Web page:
Delta, our hometown airline, isn’t willing to yap much on this subject. I called a spokesman for the company who emailed me back that the airline is “fully cooperating” with the Department of Justice — which, for the record, green-lighted a series of mergers that led to the current industry lineup of four Goliaths and a few small fry.

An attorney representing Delta in the earlier baggage case emailed that he wasn’t in a position to comment on ongoing litigation.

Attorneys who are doing the suing in the baggage case in federal district court in Atlanta have taken note of the latest federal investigation.

“We think this is part of the same pattern of conduct,” Daniel Low, a D.C. attorney on the case, told me.

It’s outrageous, Low said, that airlines such as Delta might be making the same kind of public comments that were complained about in the earlier lawsuit.

PR-wise for Delta, it’s not a home run to have your airline under investigation by the feds when you haven’t extricated yourself from the last antitrust allegations.

What makes it more messy is that in the earlier case, Delta has been ordered by the courts to pay hefty fees because it didn’t turn over a bunch of electronic emails as required. Now a federal judge is weighing whether to slap the airlines for sanctions over the evidentiary issues.

There has been other antitrust pain in the past for Delta.

It paid $38 million in criminal fines in 2010 to settle charges that its Northwest Airlines cargo operations participated in a conspiracy to fix prices for international shipments between the U.S. and Japan.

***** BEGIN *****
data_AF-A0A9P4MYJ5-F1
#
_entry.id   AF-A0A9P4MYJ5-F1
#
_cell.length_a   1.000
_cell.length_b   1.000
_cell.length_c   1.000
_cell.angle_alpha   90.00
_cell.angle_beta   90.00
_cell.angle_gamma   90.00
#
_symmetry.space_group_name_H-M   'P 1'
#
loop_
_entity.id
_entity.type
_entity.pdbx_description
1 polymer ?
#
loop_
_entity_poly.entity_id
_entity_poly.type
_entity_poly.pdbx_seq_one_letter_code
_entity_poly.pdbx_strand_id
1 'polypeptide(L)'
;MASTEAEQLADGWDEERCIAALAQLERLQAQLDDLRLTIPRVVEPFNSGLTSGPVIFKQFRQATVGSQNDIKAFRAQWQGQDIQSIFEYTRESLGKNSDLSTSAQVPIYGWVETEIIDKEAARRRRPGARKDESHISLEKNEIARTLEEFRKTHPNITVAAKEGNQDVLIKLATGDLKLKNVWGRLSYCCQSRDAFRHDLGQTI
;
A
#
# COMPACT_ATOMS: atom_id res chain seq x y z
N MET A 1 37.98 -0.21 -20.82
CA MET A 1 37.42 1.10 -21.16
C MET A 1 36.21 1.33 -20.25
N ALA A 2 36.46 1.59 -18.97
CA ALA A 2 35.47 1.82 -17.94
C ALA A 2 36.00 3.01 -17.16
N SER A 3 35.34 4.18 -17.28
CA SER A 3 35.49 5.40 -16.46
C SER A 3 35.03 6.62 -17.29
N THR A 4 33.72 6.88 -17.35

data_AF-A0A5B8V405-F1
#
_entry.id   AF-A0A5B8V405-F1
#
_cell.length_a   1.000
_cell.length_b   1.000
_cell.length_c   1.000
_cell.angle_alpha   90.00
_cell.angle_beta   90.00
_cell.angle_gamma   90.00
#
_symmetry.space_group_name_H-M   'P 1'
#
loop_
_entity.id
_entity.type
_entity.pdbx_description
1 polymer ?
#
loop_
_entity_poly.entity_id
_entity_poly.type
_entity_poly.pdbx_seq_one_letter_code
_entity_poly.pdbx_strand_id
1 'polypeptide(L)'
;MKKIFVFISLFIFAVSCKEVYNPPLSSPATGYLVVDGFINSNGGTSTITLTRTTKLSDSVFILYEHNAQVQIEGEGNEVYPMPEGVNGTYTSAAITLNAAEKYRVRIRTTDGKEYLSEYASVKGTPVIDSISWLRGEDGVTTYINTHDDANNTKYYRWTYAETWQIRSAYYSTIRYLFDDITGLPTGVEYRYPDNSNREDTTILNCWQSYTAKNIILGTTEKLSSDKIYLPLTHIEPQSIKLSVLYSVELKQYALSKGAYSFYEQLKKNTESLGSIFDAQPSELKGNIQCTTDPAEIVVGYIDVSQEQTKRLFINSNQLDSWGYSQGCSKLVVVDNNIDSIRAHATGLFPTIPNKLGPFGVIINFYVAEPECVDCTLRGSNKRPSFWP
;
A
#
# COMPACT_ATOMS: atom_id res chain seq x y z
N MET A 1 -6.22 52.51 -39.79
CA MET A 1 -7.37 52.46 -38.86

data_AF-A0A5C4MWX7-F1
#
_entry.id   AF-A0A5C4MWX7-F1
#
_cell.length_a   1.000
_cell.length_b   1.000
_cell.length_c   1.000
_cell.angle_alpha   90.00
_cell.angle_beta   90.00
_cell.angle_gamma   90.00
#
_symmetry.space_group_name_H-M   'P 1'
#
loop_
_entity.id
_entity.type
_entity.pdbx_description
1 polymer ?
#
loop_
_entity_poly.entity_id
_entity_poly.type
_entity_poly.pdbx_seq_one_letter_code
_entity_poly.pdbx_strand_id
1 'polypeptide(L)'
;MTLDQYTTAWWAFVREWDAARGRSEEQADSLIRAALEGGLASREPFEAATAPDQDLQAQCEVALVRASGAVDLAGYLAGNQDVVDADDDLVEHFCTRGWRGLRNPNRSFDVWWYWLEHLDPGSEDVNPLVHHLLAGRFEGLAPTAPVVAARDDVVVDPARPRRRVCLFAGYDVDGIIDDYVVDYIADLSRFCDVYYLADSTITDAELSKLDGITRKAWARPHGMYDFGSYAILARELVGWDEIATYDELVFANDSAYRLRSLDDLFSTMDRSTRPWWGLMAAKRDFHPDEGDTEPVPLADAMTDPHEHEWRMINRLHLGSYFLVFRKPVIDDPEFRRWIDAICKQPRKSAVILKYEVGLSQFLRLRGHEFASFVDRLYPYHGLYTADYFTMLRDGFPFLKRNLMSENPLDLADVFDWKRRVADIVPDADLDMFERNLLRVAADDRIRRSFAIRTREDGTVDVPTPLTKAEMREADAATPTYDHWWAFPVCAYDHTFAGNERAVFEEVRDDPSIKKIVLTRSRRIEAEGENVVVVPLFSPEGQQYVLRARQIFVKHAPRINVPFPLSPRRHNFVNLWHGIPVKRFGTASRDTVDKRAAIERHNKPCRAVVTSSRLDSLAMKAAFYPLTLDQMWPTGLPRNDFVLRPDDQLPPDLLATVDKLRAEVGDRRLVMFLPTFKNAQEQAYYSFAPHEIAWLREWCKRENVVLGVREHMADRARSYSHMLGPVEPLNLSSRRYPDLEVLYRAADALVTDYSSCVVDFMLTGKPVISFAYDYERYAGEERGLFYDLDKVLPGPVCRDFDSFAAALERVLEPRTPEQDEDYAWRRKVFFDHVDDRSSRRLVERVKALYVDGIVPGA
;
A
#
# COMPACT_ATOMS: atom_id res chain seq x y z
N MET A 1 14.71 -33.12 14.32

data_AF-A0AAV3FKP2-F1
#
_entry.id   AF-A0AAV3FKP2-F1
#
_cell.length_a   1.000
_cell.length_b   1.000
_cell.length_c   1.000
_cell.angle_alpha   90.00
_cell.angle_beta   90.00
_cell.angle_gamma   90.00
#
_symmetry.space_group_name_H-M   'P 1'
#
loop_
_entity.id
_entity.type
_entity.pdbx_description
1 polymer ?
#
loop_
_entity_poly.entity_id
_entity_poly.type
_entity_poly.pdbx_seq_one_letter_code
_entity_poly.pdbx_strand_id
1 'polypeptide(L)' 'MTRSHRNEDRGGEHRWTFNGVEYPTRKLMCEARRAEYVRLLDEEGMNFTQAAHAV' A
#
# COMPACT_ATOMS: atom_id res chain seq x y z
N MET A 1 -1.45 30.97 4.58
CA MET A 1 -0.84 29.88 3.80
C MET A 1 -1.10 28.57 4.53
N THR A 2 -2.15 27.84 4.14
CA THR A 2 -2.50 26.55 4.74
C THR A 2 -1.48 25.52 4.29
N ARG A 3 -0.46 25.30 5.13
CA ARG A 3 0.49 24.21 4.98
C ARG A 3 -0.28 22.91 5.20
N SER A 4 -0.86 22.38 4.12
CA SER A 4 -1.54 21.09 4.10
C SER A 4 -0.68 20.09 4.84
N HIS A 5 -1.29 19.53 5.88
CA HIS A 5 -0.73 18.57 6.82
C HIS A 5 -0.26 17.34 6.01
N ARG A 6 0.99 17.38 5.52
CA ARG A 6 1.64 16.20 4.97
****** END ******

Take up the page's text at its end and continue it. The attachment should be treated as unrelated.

And in the early 1990s Delta and other major airlines settled a suit alleging they engaged in price fixing by communicating through coded information in a computerized system. Millions of passengers were given a chance to get 10-percent off coupons for future flights.

My personal favorite of airline antitrust shenanigans involves a 1982 phone call between the president of American Airlines and the president of pesky Braniff Airways (what a name from the past).

‘Raise your bleeping fares’

“I have a suggestion for you,” the American executive said. ”Raise your (bleeping) fares 20 percent. I’ll raise mine the next morning.”

The American executive managed to avoid getting completely flattened by the feds because the Braniff guy didn’t raise his ticket prices. He did, however, record the phone call.

But these days airlines don’t really have to take such primitive steps as those suggested by American.

The consolidation of much of the U.S. airline industry into a few major players has turned former flying bankruptcy factories into profit machines.

It’s also made it easier for them to move in sync without ever calling up a rival. They can just carefully watch what the other guys are saying and doing, then follow the cues.

Now, a debate in legal circles is over when public disclosures of plans might be construed to be illegal collusion as opposed to reasonable sharing of information with analysts and customers.

“There is a thin line,” Cornell University law professor George Hay told me. “You can get the same result from behavior that is perfectly legal and behavior that is illegal.”

Airline executives “are sophisticated and smart,” he said. “They have a pretty good idea of what they can get away with and what they can’t.”

The downside? We’ll be the ones who end up paying.